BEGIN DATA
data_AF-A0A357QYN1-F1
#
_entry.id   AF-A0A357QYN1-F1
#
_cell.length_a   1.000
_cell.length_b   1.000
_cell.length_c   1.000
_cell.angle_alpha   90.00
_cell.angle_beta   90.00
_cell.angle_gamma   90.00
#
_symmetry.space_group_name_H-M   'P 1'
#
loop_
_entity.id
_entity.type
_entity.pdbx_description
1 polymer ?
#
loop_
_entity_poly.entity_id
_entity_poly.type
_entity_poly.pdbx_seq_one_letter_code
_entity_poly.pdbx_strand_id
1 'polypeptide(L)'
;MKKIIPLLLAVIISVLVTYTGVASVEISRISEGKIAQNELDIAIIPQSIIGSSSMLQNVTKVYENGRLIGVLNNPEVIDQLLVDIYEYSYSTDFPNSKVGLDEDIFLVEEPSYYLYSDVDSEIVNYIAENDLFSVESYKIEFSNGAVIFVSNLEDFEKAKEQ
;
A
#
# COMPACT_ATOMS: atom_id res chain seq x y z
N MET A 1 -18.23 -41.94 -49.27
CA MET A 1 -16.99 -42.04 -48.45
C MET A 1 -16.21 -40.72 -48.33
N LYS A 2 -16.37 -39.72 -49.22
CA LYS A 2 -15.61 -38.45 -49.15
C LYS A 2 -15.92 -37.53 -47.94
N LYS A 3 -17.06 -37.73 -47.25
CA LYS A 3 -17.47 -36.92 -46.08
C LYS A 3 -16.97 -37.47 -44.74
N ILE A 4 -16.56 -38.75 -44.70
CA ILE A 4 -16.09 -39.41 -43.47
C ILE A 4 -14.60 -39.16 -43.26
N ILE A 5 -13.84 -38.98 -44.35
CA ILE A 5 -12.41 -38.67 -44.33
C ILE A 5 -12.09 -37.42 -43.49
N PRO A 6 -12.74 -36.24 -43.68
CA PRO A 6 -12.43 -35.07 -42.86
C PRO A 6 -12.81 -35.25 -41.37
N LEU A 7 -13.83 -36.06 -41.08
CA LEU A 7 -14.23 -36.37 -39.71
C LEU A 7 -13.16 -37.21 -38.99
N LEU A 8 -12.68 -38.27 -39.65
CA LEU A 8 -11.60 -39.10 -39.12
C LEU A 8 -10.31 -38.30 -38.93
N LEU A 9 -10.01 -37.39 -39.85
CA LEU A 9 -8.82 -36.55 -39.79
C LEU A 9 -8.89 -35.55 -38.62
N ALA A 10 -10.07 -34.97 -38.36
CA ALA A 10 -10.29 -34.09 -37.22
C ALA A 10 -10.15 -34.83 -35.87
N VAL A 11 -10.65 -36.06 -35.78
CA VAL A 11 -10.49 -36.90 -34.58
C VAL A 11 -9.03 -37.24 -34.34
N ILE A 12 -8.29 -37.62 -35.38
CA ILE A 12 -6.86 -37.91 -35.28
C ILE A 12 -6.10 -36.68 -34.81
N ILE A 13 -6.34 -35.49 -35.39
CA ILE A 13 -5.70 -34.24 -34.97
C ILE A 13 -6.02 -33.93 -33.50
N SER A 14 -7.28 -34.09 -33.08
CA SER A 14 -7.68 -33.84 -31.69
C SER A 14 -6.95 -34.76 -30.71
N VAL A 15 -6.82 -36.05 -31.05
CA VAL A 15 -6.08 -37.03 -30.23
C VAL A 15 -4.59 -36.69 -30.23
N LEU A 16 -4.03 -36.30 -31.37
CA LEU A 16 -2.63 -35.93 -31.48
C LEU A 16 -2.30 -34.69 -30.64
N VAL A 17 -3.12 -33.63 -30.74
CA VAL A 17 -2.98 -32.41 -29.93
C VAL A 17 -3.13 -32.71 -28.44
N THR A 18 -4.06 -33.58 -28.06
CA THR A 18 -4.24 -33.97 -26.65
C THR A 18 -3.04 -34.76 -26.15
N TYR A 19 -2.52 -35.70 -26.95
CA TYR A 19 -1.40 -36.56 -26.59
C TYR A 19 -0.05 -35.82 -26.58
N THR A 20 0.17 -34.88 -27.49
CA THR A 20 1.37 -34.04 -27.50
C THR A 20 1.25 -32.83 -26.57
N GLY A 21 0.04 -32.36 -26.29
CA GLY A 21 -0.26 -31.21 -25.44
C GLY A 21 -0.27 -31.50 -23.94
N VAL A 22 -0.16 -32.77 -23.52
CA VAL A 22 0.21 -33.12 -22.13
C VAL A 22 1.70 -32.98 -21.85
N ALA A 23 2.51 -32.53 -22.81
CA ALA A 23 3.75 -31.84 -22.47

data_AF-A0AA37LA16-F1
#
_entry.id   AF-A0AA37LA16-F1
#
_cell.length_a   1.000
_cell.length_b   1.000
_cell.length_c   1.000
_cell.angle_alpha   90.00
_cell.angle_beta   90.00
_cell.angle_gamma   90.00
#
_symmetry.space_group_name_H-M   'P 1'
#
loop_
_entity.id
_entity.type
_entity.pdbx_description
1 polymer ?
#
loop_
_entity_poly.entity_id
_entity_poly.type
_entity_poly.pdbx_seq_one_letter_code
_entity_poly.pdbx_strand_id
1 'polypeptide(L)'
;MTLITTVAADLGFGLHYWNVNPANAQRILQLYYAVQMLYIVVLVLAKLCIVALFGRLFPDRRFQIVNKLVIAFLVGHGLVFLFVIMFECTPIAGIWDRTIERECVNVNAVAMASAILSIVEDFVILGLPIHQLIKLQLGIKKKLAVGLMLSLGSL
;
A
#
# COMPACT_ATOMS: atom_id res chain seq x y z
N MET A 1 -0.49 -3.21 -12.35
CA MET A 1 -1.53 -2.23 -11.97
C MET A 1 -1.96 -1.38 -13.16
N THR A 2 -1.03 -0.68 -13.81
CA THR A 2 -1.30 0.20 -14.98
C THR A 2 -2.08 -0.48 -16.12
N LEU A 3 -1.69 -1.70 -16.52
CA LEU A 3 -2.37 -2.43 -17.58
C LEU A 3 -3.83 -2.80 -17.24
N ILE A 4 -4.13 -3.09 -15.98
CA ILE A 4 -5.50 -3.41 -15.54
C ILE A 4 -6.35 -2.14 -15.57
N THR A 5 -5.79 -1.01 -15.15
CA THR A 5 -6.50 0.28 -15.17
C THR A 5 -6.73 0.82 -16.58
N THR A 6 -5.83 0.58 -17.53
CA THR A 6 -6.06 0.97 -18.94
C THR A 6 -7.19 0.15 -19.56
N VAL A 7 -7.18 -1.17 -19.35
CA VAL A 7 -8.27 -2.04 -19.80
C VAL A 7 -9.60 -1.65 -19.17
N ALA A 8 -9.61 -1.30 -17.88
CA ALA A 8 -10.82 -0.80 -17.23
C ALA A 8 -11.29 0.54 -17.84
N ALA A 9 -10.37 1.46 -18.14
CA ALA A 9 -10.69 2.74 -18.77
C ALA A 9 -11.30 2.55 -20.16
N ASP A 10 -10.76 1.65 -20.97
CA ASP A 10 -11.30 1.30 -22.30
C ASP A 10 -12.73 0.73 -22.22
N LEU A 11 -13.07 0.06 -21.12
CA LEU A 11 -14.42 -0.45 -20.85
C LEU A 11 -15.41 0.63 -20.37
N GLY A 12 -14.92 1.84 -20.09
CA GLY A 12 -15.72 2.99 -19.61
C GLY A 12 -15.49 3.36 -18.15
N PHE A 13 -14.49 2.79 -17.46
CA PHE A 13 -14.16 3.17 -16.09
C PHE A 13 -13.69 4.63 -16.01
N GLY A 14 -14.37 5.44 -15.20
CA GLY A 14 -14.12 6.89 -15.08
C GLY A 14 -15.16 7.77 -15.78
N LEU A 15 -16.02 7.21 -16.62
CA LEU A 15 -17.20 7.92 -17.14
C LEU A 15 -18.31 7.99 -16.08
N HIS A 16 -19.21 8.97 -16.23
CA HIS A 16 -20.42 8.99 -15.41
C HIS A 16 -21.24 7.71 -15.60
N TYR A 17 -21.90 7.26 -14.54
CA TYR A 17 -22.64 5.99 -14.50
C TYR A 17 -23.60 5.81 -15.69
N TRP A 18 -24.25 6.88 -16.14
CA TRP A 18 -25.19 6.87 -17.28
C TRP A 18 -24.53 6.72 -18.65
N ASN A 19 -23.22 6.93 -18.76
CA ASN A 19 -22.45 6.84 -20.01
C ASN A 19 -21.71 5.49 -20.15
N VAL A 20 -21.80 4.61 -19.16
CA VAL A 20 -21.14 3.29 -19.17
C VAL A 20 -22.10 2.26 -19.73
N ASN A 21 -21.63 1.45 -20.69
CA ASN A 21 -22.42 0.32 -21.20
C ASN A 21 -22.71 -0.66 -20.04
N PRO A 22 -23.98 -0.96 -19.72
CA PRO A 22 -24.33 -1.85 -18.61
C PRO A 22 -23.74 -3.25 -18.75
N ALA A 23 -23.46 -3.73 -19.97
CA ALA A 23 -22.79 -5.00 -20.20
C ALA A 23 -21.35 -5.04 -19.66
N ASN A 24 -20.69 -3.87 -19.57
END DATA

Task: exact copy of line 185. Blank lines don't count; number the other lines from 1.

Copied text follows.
C ASN A 19 -21.71 5.49 -20.15